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$1.4 Million Diverted from Environmental Protection Efforts to Implement Program

(03/136) TRENTON --- New Jersey Department of Environmental Protection (DEP) Commissioner Bradley M. Campbell today released a report on the agency's implementation of the Open Public Records Act (OPRA). During the first year of the OPRA program, DEP handled more than 7,650 requests for public records - over 62 percent of the requests for public records received by all the state agencies combined.

"The magnitude of OPRA requests we have processed reflects DEP's unwavering commitment to expand public access to information," said DEP Commissioner Bradley M. Campbell. "We take very seriously the responsibility to remain open, accountable and accessible - the more information the public has, the more effectively democratic government operates."

Campbell warned, however, that costs for maintaining DEP's OPRA program were higher than necessary due to consultants and lawyers attempting to use the system to shift workloads onto the state. Approximately 76 percent of all OPRA requests received by DEP come from consultants or lawyers.

"Unfortunately, private developers and corporate lawyers are abusing this well-intentioned law," Campbell said. "Their demands are diverting resources that are needed for environmental protection."

In OPRA's first year, DEP's records custodians and file officers spent over 50,000 hours tracking down records and preparing them for the public at a cost of more than $1.4 million. These costs do not include photocopying expenses, which the department does recoup from requesters, as permissible by the OPRA law.

To facilitate public access to information and to try to reduce staff costs, DEP provides a number of frequently requested reports at the OPRA portion of its website. These reports, which the agency continually updates and adds to, include compliance and enforcement results for facilities statewide, information on air quality permits, and pollution discharge permits. In addition, DEP is continually improving Internet access to real-time data through its i-Map NJ mapping database.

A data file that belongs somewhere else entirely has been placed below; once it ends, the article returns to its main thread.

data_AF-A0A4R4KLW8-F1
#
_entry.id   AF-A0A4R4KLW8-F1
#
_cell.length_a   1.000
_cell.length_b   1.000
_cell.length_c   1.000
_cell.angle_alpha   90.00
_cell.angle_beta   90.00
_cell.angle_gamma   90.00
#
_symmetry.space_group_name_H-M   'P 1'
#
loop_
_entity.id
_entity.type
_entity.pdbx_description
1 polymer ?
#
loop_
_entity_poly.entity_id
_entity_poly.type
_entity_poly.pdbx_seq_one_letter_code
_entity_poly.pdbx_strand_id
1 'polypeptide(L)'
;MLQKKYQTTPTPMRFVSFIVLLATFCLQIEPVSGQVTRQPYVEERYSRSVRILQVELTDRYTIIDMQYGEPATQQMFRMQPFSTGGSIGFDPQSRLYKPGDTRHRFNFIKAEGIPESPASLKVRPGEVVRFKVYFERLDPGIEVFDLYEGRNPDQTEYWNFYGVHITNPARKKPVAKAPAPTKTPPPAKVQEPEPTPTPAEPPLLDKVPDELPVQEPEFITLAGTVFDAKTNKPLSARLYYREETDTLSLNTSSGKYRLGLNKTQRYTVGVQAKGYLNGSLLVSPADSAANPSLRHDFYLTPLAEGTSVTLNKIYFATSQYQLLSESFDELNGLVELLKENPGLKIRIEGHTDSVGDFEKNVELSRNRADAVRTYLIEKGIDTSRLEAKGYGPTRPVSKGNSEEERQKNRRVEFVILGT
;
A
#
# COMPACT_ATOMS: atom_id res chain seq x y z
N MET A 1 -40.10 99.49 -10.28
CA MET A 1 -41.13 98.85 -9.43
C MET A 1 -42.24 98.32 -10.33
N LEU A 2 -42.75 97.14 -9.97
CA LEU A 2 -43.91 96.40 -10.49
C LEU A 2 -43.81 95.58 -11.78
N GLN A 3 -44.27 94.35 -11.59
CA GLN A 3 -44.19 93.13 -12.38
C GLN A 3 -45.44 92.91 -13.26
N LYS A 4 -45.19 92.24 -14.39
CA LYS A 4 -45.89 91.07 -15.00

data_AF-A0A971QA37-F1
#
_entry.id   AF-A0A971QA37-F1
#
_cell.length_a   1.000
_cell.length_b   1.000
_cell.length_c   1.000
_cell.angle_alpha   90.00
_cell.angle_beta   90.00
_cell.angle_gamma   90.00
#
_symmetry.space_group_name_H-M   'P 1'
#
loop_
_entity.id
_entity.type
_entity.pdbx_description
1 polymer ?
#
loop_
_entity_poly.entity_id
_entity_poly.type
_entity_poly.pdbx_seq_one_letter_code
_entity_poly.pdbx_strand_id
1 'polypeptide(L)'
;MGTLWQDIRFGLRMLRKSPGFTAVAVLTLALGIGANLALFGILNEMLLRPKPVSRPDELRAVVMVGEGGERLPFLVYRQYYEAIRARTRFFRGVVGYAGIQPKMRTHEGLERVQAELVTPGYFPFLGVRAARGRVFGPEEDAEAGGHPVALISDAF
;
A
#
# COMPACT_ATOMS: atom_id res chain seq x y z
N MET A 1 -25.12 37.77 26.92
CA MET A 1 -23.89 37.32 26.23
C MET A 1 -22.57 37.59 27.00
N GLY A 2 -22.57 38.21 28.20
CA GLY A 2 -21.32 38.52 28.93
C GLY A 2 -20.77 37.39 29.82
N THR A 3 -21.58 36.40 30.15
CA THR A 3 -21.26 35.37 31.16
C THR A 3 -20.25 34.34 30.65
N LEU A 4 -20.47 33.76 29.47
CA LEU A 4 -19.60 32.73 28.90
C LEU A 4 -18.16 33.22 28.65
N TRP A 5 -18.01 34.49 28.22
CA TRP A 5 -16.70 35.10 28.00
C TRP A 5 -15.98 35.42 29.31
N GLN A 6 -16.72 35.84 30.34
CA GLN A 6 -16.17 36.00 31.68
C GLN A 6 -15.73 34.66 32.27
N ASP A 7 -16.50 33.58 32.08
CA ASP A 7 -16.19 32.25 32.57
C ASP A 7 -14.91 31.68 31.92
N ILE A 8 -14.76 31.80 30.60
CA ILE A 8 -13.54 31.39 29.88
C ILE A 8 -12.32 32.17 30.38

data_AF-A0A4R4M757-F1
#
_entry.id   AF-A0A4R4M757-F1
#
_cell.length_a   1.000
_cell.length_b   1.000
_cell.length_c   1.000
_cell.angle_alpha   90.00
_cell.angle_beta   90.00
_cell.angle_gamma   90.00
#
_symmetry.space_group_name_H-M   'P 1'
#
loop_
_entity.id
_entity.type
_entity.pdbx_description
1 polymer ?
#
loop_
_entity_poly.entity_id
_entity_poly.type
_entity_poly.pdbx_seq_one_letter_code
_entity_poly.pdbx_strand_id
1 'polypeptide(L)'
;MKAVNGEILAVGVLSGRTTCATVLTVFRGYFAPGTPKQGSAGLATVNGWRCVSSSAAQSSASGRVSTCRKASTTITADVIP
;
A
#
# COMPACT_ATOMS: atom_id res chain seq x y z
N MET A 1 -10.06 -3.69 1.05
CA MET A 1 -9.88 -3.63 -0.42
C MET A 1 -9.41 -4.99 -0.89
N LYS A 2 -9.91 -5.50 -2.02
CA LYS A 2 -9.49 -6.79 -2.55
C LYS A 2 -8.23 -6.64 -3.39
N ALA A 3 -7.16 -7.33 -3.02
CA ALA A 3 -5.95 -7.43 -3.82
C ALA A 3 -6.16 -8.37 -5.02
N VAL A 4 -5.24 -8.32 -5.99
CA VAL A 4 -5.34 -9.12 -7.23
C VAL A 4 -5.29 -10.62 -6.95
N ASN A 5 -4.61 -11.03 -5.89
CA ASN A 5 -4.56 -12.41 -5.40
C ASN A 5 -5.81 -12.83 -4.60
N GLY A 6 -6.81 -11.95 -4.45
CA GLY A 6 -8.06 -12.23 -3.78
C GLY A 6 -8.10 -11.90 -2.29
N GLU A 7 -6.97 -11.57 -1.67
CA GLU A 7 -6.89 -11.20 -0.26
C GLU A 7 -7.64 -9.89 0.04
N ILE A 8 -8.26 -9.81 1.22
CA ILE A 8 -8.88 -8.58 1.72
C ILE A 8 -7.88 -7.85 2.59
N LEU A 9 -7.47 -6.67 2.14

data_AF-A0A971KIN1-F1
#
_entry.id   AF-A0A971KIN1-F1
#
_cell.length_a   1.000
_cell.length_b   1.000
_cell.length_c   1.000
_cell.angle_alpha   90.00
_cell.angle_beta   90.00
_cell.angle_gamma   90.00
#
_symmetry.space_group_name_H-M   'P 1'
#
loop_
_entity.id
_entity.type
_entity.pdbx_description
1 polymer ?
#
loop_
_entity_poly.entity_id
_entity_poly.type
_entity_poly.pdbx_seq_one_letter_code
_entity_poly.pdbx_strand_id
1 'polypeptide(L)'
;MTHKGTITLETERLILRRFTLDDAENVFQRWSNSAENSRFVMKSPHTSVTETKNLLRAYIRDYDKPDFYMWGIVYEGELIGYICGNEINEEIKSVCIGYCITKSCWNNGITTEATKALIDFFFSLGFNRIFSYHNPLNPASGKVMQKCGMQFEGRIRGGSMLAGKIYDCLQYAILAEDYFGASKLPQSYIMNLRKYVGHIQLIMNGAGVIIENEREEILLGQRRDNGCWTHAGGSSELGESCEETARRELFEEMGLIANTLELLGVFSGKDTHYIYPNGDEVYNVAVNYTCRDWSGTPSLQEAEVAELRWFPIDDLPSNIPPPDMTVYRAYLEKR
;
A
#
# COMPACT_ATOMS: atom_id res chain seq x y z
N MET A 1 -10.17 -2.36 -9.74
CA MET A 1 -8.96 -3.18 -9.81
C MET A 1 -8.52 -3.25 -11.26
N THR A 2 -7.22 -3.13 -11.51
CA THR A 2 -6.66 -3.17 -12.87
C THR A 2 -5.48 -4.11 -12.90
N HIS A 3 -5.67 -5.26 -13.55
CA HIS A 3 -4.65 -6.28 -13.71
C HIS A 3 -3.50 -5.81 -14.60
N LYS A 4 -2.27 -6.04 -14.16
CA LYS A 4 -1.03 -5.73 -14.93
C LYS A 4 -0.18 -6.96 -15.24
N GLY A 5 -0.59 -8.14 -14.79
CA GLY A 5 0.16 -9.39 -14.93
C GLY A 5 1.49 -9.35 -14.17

Of the more than 7,650 requests received by DEP in the OPRA program's first year, more than 7,100, or almost 93 percent, successfully gained access to the requested records, while only seven percent, or 550 requests, were denied. Many denials were due to improperly submitted or incomplete requests. DEP had no appeals of its decisions to deny a request for information.

In all, the State's executive departments and agencies received 12,289 public record requests from July 8, 2002 to July 7, 2003, of which DEP handled 7,665. DEP currently averages 21 requests a day, seven days a week.

Much of the credit for DEP's smooth implementation of the OPRA requirements is due to the hard work and diligence of the centralized records office that has taken charge since day one to facilitate the voluminous OPRA requests DEP receives. The department's centralized Office of the Records Custodian (ORC) streamlines the receipt and processing of all requests, providing a single point of contact for the public.

New Jersey's Open Public Records Act took effect on July 7, 2002. OPRA establishes a strict, seven-business-day timeframe for providing access to state and local documents. Certain information is exempted from the policy for reasons of domestic security or the legal need for confidentiality. The act covers all agencies of the executive branch of state government, while exempting the legislature from its provisions.

For more information about the DEP's implementation of OPRA, including an electronic copy of the report, or to make a public records request, visit the DEP's website at





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